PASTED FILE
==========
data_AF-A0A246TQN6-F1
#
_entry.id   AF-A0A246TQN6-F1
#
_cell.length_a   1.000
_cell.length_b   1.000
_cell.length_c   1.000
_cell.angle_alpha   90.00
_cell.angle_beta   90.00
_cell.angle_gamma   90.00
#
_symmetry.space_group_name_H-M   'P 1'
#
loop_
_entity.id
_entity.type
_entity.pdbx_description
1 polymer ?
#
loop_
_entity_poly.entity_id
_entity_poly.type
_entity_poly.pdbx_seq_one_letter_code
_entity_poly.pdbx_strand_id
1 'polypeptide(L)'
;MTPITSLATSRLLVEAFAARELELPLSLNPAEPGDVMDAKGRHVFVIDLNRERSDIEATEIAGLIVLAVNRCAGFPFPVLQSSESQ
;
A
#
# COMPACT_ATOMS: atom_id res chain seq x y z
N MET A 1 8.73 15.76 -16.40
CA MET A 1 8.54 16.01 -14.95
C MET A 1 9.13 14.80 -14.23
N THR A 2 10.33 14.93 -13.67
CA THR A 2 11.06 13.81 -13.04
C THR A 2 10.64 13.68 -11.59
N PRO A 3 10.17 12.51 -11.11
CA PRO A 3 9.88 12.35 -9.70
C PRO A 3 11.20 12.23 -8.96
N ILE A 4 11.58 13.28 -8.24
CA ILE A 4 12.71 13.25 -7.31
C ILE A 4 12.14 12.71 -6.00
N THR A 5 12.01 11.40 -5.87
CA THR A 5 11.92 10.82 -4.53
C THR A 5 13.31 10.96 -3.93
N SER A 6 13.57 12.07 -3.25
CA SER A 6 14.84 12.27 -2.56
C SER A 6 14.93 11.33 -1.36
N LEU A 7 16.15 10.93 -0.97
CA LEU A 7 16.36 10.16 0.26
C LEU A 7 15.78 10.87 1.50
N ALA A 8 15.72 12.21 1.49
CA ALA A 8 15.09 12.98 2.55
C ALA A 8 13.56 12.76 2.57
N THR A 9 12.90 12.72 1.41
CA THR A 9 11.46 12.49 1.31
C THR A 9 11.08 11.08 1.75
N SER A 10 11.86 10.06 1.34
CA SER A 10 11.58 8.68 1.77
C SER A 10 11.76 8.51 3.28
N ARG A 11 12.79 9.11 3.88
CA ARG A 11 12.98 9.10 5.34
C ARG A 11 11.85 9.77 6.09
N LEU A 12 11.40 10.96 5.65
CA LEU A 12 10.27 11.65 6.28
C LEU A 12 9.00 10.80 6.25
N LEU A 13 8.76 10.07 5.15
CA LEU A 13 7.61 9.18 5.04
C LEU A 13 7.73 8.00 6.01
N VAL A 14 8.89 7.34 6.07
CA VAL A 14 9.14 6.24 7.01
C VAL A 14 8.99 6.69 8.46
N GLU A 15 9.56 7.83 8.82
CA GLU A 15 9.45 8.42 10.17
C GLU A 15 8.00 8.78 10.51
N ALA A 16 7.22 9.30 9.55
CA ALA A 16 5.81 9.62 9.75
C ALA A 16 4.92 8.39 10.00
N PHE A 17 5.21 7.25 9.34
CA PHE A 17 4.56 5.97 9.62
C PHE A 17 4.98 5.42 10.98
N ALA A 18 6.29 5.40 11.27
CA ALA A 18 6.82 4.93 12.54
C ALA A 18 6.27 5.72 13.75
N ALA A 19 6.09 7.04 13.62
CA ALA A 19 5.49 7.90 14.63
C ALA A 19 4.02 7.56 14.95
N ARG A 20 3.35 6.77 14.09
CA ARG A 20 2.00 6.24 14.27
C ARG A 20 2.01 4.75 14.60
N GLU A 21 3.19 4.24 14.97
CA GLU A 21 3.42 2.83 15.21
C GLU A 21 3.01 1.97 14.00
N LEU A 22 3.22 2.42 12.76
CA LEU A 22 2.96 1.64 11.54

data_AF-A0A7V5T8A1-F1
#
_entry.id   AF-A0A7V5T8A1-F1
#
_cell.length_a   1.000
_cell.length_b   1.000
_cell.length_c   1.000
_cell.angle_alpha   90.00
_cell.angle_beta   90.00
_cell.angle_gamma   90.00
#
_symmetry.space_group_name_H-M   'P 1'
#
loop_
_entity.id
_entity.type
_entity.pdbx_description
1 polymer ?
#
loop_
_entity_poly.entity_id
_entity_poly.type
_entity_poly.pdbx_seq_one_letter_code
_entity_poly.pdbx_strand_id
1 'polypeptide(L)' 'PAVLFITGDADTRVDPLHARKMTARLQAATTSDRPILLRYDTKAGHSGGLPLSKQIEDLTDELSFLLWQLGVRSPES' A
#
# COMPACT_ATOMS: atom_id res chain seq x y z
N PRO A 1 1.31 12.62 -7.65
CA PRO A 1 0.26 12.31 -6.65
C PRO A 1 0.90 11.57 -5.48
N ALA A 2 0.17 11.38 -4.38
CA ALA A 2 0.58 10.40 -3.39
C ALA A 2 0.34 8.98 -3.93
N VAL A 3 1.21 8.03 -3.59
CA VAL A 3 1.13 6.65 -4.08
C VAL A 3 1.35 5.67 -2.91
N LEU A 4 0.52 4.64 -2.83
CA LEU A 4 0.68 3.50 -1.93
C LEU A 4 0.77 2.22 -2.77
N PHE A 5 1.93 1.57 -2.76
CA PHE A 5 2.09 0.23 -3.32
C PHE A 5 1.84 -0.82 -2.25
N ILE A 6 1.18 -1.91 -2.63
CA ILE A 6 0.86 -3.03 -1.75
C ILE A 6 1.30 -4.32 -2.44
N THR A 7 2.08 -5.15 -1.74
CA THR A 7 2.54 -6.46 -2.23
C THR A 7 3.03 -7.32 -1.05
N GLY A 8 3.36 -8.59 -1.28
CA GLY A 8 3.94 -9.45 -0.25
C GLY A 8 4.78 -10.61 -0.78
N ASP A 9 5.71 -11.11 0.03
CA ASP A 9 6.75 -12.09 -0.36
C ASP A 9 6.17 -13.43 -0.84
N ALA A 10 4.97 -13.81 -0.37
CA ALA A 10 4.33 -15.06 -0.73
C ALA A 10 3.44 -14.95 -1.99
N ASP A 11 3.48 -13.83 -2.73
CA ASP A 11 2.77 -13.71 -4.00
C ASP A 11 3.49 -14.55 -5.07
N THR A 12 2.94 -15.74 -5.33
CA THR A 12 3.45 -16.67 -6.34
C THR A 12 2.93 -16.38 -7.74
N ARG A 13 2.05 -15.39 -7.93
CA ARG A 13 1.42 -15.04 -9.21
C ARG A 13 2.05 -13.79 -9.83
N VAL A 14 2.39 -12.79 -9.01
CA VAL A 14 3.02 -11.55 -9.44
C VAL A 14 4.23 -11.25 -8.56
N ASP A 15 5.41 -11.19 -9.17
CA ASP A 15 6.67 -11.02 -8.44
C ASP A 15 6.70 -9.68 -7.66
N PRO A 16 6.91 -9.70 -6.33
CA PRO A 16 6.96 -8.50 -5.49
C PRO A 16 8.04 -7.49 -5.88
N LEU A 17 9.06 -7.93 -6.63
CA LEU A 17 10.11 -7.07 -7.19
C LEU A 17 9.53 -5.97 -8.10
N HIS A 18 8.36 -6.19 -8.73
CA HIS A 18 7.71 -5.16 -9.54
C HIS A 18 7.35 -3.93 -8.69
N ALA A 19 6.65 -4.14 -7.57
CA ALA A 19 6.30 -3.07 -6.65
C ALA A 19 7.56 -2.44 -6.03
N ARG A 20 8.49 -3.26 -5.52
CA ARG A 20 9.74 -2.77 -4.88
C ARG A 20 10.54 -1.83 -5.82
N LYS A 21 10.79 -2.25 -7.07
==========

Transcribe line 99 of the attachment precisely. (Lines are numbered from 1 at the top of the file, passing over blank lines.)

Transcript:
#